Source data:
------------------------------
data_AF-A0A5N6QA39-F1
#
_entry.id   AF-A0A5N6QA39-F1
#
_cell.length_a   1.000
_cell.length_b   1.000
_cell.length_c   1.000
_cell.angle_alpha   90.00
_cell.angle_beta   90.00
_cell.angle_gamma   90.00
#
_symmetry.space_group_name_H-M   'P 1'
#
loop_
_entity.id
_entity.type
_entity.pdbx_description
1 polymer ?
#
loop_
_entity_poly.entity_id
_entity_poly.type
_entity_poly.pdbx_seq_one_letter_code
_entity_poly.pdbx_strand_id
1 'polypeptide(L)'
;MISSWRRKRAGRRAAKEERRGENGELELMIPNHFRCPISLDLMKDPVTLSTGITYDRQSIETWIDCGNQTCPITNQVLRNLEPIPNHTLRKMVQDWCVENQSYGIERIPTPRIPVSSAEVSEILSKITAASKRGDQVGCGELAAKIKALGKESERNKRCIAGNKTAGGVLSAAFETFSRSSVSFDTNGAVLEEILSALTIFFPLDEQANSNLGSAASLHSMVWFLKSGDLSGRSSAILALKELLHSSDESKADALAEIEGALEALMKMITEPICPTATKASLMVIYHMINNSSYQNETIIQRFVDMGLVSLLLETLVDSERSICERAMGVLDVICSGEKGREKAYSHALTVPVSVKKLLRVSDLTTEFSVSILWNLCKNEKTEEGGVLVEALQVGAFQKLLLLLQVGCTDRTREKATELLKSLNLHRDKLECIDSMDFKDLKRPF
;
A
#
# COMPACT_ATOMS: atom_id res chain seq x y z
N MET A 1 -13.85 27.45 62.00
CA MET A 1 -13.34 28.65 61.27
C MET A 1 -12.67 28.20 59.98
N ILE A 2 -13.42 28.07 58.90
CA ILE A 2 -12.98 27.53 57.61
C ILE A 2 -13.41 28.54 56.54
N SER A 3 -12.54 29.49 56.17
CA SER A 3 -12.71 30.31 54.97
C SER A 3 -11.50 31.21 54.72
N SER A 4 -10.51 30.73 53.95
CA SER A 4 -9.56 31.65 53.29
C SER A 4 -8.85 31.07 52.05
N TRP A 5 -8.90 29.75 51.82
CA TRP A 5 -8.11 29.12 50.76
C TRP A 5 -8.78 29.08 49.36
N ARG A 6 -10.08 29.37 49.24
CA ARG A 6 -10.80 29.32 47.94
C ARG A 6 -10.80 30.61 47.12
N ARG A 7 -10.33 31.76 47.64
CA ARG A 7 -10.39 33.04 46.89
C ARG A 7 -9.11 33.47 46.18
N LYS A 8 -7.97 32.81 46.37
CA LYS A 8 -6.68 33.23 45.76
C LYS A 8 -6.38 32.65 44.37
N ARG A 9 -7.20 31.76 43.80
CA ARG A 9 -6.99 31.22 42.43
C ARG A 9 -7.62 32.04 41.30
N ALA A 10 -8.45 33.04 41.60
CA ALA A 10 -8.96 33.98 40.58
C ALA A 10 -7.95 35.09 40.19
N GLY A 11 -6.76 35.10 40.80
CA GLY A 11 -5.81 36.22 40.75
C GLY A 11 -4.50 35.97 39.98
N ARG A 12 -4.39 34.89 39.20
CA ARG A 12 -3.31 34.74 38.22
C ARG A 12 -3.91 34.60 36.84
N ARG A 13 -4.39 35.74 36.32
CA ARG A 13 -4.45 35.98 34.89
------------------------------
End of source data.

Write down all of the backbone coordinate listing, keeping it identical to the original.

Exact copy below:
data_AF-A0A5N6QA39-F1
#
_entry.id   AF-A0A5N6QA39-F1
#
_cell.length_a   1.000
_cell.length_b   1.000
_cell.length_c   1.000
_cell.angle_alpha   90.00
_cell.angle_beta   90.00
_cell.angle_gamma   90.00
#
_symmetry.space_group_name_H-M   'P 1'
#
loop_
_entity.id
_entity.type
_entity.pdbx_description
1 polymer ?
#
loop_
_entity_poly.entity_id
_entity_poly.type
_entity_poly.pdbx_seq_one_letter_code
_entity_poly.pdbx_strand_id
1 'polypeptide(L)'
;MISSWRRKRAGRRAAKEERRGENGELELMIPNHFRCPISLDLMKDPVTLSTGITYDRQSIETWIDCGNQTCPITNQVLRNLEPIPNHTLRKMVQDWCVENQSYGIERIPTPRIPVSSAEVSEILSKITAASKRGDQVGCGELAAKIKALGKESERNKRCIAGNKTAGGVLSAAFETFSRSSVSFDTNGAVLEEILSALTIFFPLDEQANSNLGSAASLHSMVWFLKSGDLSGRSSAILALKELLHSSDESKADALAEIEGALEALMKMITEPICPTATKASLMVIYHMINNSSYQNETIIQRFVDMGLVSLLLETLVDSERSICERAMGVLDVICSGEKGREKAYSHALTVPVSVKKLLRVSDLTTEFSVSILWNLCKNEKTEEGGVLVEALQVGAFQKLLLLLQVGCTDRTREKATELLKSLNLHRDKLECIDSMDFKDLKRPF
;
A
#
# COMPACT_ATOMS: atom_id res chain seq x y z
N MET A 1 -13.85 27.45 62.00
CA MET A 1 -13.34 28.65 61.27
C MET A 1 -12.67 28.20 59.98
N ILE A 2 -13.42 28.07 58.90
CA ILE A 2 -12.98 27.53 57.61
C ILE A 2 -13.41 28.54 56.54
N SER A 3 -12.54 29.49 56.17
CA SER A 3 -12.71 30.31 54.97
C SER A 3 -11.50 31.21 54.72
N SER A 4 -10.51 30.73 53.95
CA SER A 4 -9.56 31.65 53.29
C SER A 4 -8.85 31.07 52.05
N TRP A 5 -8.90 29.75 51.82
CA TRP A 5 -8.11 29.12 50.76
C TRP A 5 -8.78 29.08 49.36
N ARG A 6 -10.08 29.37 49.24
CA ARG A 6 -10.80 29.32 47.94
C ARG A 6 -10.80 30.61 47.12
N ARG A 7 -10.33 31.76 47.64
CA ARG A 7 -10.39 33.04 46.89
C ARG A 7 -9.11 33.47 46.18
N LYS A 8 -7.97 32.81 46.37
CA LYS A 8 -6.68 33.23 45.76
C LYS A 8 -6.38 32.65 44.37
N ARG A 9 -7.20 31.76 43.80
CA ARG A 9 -6.99 31.22 42.43
C ARG A 9 -7.62 32.04 41.30
N ALA A 10 -8.45 33.04 41.60
CA ALA A 10 -8.96 33.98 40.58
C ALA A 10 -7.95 35.09 40.19
N GLY A 11 -6.76 35.10 40.80
CA GLY A 11 -5.81 36.22 40.75
C GLY A 11 -4.50 35.97 39.98
N ARG A 12 -4.39 34.89 39.20
CA ARG A 12 -3.31 34.74 38.22
C ARG A 12 -3.91 34.60 36.84
N ARG A 13 -4.39 35.74 36.32
CA ARG A 13 -4.45 35.98 34.89